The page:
On my bike, the rack and panniers, at their widest, will work out to at least 18 inches and probably more. The tent would add no more than three inches on each side of the bike. It won't be a big deal.
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Old 12-23-12, 11:00 PM   #5
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Your panniers will stick out further than your handlebars. I mount my tent perpendicular to my rack deck. The ends do not overhang past the panniers but it make it a pain to get into my panniers without unloading all the bulky items from the deck. Arkel makes a bag that holds the tent vertical but I never figured out why. I considured replaceing my 24" pole sections with 18" sections from Quest Outfitters but it won't make an improvement in how I pack.
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Old 12-23-12, 11:21 PM   #6
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I've checked out Quest Outfitters' website. Looks very promising in case I do become unhappy with any used tent purchase that I may make.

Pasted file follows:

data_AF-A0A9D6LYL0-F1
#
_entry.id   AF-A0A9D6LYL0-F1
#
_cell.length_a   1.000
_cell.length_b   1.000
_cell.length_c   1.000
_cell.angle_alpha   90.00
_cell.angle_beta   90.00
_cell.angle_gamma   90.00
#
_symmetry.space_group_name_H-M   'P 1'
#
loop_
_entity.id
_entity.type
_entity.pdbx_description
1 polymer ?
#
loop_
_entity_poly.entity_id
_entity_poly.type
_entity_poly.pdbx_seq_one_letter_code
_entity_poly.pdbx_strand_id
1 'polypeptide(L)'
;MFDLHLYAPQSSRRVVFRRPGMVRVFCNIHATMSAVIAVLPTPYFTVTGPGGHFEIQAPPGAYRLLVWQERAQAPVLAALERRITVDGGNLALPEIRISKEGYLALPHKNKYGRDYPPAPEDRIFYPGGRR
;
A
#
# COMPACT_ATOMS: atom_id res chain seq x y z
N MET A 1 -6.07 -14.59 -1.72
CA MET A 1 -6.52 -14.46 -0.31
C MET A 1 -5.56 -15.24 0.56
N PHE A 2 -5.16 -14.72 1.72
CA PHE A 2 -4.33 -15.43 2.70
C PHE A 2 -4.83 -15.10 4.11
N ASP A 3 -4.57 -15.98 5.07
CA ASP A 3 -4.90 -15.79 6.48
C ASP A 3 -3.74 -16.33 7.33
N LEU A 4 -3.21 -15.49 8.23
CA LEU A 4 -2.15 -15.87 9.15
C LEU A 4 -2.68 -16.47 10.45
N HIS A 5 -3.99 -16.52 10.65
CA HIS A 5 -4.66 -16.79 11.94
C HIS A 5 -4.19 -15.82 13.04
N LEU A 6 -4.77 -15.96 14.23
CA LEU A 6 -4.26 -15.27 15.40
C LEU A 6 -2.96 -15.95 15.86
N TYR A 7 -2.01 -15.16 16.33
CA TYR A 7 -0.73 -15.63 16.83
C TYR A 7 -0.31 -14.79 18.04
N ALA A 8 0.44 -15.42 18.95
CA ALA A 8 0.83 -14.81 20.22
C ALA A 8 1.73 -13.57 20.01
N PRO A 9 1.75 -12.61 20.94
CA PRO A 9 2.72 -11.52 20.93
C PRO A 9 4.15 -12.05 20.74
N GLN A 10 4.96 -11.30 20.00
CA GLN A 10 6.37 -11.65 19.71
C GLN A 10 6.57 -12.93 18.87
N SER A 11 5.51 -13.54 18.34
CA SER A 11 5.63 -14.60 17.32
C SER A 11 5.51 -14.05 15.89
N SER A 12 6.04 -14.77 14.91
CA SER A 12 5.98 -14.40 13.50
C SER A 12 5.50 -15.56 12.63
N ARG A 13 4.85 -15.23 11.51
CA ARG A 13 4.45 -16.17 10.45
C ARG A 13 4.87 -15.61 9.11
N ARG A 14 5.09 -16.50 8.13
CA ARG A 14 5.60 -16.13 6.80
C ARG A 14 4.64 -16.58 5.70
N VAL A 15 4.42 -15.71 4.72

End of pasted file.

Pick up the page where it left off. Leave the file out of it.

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Old 12-23-12, 11:47 PM   #7
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cheap tents..............campmor.com

http://www.campmor.com/outdoor/gear/...0226_200368342

Last edited by saddlesores; 12-23-12 at 11:48 PM. Reason: no reason
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Old 12-23-12, 11:49 PM   #8
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I've toured both ways with the same tent on the same tour -- parallel and at right angles to the centreline of the bike.

I would, in general, opt for the parallel method. As Bezalel says, placing it at right angles interferes with opening and closing panniers, getting to stuff inside those panniers, and removing the panniers from the bike if you have to get on a train, for example (getting to the release mechanism on the panniers can be a chore, and then lifting off the pannier quickly is really problematic).

The only advantage to putting it at right angles is to put another bag on the rack, and that only makes access issues to the panniers worse.
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Old 12-23-12, 11:49 PM   #9
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This is the tent and the rainfly in sil-nylon compression sack. The tent is a Sierra Design Lightning 2@ 4 lbs total. While tent package size in not critical, I prefer a compact package. This tent bag is less than 12" long. You would be surprised how small a compression sack can make your tent package.